Monday, April 28, 2014

Playing With History

Genealogical research has a certain unreality to it, especially when you discover minor things- or nothing at all. Perhaps that is why family myth is so powerful. It transcends facts, yet reaffirms them. It also shows, I think, the historic problem of record keeping. We have become so intent on making sure we have “the facts” and only “the facts” that we forget that it wasn’t that long ago facts were easily transformed depending on one’s mood.

For example, in looking at old census records I found that I couldn’t find anything about my mother’s parents prior to 1940. None of them, my mother included are easily found in 1930 or earlier. They were alive, of course; but they are like a ghost in the story to me. I searched and they weren’t there in 1930 or 1920 either. Going back to 1910- only a couple of years after arriving in the United States I came across a possible sighting, but the name is different, shortened and the immigration year is different from what I had found somewhere else. That will send me down another rabbit warren on my next exploration.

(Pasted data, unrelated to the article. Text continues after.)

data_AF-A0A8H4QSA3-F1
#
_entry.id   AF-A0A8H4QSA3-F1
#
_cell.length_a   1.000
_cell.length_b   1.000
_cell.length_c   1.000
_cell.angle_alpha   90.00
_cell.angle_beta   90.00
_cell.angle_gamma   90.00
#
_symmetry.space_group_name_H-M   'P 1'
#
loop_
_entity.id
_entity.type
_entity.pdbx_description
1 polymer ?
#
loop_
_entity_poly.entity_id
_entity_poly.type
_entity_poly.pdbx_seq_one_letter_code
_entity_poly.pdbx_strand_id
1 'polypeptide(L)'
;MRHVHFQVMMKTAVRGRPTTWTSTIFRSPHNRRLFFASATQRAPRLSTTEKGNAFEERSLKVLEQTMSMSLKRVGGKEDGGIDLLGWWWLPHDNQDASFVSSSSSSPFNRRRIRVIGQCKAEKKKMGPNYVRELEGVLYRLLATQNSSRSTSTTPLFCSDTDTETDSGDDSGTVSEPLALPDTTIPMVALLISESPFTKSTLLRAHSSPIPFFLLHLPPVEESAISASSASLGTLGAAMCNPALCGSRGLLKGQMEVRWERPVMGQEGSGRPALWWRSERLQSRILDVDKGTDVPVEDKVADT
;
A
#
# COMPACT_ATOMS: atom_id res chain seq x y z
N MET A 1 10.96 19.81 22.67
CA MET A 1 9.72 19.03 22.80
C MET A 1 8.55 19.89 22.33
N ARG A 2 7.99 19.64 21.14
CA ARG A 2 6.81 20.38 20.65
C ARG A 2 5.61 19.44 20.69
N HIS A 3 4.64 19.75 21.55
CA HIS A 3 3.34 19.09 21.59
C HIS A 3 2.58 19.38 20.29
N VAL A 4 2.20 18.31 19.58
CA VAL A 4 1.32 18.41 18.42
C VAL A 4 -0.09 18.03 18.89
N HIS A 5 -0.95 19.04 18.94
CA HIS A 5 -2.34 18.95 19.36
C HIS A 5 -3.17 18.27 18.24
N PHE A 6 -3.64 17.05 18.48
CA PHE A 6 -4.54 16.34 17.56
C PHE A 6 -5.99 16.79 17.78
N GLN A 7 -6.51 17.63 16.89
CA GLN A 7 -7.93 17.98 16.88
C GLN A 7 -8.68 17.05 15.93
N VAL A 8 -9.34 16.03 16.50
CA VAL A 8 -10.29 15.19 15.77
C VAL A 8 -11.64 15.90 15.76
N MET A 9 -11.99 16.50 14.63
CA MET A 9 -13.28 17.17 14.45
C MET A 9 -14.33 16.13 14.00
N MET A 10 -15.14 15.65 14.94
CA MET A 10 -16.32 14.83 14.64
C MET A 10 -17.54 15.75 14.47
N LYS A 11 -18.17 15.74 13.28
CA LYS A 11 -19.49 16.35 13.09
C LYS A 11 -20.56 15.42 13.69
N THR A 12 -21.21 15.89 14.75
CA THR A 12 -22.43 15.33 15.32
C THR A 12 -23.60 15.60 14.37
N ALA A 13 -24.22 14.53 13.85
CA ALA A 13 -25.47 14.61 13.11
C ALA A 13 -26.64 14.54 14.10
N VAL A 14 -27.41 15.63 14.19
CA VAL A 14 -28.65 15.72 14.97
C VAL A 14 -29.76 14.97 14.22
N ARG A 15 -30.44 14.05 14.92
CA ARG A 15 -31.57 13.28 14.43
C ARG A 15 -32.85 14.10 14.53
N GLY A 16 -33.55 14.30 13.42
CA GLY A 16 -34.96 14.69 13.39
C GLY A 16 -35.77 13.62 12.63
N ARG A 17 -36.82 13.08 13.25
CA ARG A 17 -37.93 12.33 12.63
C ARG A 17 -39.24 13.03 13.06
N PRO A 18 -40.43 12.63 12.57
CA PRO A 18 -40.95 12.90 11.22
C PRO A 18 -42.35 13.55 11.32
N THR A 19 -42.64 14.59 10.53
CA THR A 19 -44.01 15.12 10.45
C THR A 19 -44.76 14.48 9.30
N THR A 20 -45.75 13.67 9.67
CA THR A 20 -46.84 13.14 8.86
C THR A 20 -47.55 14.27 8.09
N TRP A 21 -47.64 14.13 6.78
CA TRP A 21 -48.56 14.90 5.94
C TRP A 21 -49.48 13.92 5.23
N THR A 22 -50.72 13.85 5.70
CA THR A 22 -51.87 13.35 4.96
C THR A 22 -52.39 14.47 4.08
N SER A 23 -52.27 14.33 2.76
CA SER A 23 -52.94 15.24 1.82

Now I have to go back to the immigration lists from Ellis Island and see of there might be another sighting of another name at another date. Crossing those waters in the 1900s did more than change location, it changed identity and gave one a whole new history.

But even my American-born grandparents aren’t found easily in 1900 just before they were married, even though they were both in their mid-20s at that point. The 1890 census was lost to a fire. They are there, at age 4 in 1880, though. Facts are not easily held on to. They are slippery and easily lost in the shuffle of time.

So we build our myths on what we know, have overheard, or just feels right. And thus our story is defined.

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